10 Things to Consider When Hiring A Defense Attorney
1. LOOK FOR AN ATTORNEY WHOSE FOCUS IS 100% CRIMINAL DEFENSE
An attorney with a law license is technically allowed to represent anyone in any kind of case throughout Virginia. This is why you will see attorneys who work in the area of “General Practice.” This jack-of-all trades approach to the law leaves attorneys knowing a little about a lot of law.
It is particularly important that the law firm you hire is familiar with the type of criminal charges you are facing. Nothing beats the experience of having handled hundreds of cases very similar to yours and knowing exactly what approach to take. If you had a heart problem, would you go to a foot doctor to get advice? Of course not. In the same fashion, when faced with criminal charges, look for an attorney whose practice is focused 100% on the practice of criminal defense.
At Campola Law, we practice one type of law: Criminal. Its what we do all day, every day, since 2005. It's the law that Louis has done exclusively for over 15 years.
3. WHAT ARE MY CHANCES OF AVOIDING A CONVICTION?
To fully assess your risk of being convicted at trial, the attorney you chose will need to review all the facts and circumstances involved in your case. However, he or she should still be able to provide a preliminary assessment based on his or her experience in similar cases. At Campola Law, we will provide an assessment to you during your initial consultation.
5. BE PREPARED TO GIVE YOUR SIDE OF EVENTS
Telling your side of the story is critical to any evaluation of your case. For an attorney to stand up in court and argue your case, they must know you and your version of the events. An experienced defense attorney will ask you to do 'homework' for your case. This homework will consist of writing down important information that pertains to your case.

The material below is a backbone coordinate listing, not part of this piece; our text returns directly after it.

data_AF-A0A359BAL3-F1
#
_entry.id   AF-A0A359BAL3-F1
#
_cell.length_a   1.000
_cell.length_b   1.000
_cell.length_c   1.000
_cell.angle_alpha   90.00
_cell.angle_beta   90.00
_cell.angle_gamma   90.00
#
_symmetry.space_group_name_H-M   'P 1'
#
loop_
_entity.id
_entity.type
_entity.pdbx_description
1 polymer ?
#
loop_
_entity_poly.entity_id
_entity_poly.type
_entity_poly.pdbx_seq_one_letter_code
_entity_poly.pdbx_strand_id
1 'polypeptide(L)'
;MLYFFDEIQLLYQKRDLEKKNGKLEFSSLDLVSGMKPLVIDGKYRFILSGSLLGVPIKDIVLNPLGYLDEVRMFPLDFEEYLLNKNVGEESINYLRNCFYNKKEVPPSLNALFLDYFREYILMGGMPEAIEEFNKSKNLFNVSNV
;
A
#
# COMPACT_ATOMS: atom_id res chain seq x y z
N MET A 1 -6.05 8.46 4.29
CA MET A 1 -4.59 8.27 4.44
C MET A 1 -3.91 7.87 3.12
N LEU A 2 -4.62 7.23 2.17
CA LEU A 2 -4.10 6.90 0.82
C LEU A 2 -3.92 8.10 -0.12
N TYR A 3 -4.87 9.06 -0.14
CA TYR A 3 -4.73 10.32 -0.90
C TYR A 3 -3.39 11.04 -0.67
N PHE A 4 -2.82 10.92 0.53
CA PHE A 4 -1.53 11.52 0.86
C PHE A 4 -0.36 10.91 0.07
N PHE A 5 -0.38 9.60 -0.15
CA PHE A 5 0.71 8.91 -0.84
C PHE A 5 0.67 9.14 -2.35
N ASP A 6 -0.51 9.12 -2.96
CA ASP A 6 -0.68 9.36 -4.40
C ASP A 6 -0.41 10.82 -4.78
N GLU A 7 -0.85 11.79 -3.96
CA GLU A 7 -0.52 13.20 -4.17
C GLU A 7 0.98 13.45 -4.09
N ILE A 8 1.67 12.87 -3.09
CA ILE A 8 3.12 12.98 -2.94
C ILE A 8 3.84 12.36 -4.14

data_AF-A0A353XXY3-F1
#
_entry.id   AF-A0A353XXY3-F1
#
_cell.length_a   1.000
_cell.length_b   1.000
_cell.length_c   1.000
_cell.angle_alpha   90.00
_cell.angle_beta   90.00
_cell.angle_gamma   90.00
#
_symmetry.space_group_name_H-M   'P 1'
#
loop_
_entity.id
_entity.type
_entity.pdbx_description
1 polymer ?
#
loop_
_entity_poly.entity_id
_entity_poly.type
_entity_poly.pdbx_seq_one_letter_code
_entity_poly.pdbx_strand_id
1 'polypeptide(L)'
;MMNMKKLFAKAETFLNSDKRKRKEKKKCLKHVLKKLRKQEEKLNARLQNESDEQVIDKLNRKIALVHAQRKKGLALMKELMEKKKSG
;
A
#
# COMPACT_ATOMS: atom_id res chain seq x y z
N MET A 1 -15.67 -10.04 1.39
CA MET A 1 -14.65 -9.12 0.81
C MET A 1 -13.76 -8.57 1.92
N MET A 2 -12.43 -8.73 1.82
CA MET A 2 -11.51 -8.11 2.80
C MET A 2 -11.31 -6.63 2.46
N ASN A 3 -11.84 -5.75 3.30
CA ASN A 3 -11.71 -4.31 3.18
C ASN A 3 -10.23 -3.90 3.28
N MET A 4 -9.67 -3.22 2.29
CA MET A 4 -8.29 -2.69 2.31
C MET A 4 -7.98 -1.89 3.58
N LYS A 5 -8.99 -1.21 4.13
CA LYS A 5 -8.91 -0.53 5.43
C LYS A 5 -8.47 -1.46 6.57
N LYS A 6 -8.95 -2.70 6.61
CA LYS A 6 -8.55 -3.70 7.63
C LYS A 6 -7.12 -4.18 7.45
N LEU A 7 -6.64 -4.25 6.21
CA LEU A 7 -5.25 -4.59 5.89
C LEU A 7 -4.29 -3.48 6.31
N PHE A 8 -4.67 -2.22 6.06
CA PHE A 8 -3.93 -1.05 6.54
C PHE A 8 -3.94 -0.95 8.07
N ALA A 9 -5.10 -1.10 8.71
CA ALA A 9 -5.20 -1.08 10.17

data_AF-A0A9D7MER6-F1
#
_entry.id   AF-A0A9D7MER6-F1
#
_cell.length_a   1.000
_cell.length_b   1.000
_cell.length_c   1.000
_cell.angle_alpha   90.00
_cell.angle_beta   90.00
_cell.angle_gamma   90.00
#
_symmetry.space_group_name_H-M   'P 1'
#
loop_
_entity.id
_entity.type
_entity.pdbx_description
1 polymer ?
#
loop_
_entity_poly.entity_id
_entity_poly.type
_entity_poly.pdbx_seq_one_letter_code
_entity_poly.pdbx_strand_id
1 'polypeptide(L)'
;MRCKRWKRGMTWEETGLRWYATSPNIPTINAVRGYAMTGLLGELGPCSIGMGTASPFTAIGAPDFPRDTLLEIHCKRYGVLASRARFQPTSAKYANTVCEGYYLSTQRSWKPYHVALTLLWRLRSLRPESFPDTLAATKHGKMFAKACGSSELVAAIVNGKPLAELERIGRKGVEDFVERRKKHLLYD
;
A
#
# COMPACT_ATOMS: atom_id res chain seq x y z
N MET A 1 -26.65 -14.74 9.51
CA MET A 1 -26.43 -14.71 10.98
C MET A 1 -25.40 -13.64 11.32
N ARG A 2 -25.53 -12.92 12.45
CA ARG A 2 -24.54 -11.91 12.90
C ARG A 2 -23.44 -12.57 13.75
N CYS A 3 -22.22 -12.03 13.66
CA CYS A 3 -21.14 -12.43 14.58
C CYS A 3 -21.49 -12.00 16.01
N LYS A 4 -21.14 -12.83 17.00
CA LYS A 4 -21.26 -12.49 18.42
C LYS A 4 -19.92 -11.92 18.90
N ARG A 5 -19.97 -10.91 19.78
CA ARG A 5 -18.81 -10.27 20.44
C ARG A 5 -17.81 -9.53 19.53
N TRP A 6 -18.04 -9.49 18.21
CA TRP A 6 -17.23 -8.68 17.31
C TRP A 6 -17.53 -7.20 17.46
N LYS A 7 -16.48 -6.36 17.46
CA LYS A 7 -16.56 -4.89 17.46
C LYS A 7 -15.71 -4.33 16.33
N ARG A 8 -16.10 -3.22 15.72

You need to explain in detail what happened that lead to your arrest. You will need to also tell the law firm about your social background, as well as provide a list of character witnesses who can attest to your good character.
Finally, you will be asked to provide a list of potential witnesses that might assist your defense. If you complete your homework, the chance of receiving a positive outcome in your case increases drastically. You should not hire a law firm that does not ask you to prepare homework for your case.
An experienced attorney can provide an idea of your options and potential outcomes in your case. It’s important that you provide a complete and detailed account of your case and related events. If you don’t, your attorney won’t be able to provide accurate potential outcomes in your case. It’s recommended that when you come for your initial consultation, that you bring all information and documents related to your case. This will help your attorney understand your case better and assist when them when advocating for you with the judge and prosecutor.
At Campola Law, we ask you for this information at your initial appointment.
7. HOW AND HOW OFTEN WILL WE COMMUNICATE?
The entire process can be so daunting it is natural to constantly worry about the outcome, and to be frustrated by the uncertainty. A lawyer that does not or will not communicate to you properly only adds to that frustration. That is why we at The Campola Law, PLC, put the utmost importance on keeping you informed about the status of your case throughout the process, and being totally honest with you about your case. At Campola Law, we are available to speak with clients over the phone, via e-mail, and by appointment at our offices at 119 S. Kent Street in Winchester, Virginia. We understand that you might have a job or commitments that are difficult to take time off from to see an attorney. That is why we are available to meet with you on YOUR schedule.
9. THE PERSONAL FACTOR
A defendant’s attorney speaks for the defendant. No matter how highly recommended an attorney might be, it is also important that the attorney be someone with whom the defendant is personally comfortable. The best attorney-client relationships are those in which clients are full partners in the decision making process, and defendants should try to hire attorney who see them as partners, not as case files.
Thus, defendants should ask themselves questions such as these when considering whether to hire a particular attorney:
“Does the attorney seem to be someone I can work with and talk to openly?”
“Does the attorney explain things in a way that I can understand?”
“Does the attorney show personal concern and a genuine desire to want to help?”
"Do the attorney concerns extend to my overall personal situation, rather than the crime with which I’m charged?"
"Does the attorney appear to be a person who will engender trust in prosecutors, judges, and, if necessary, jurors?"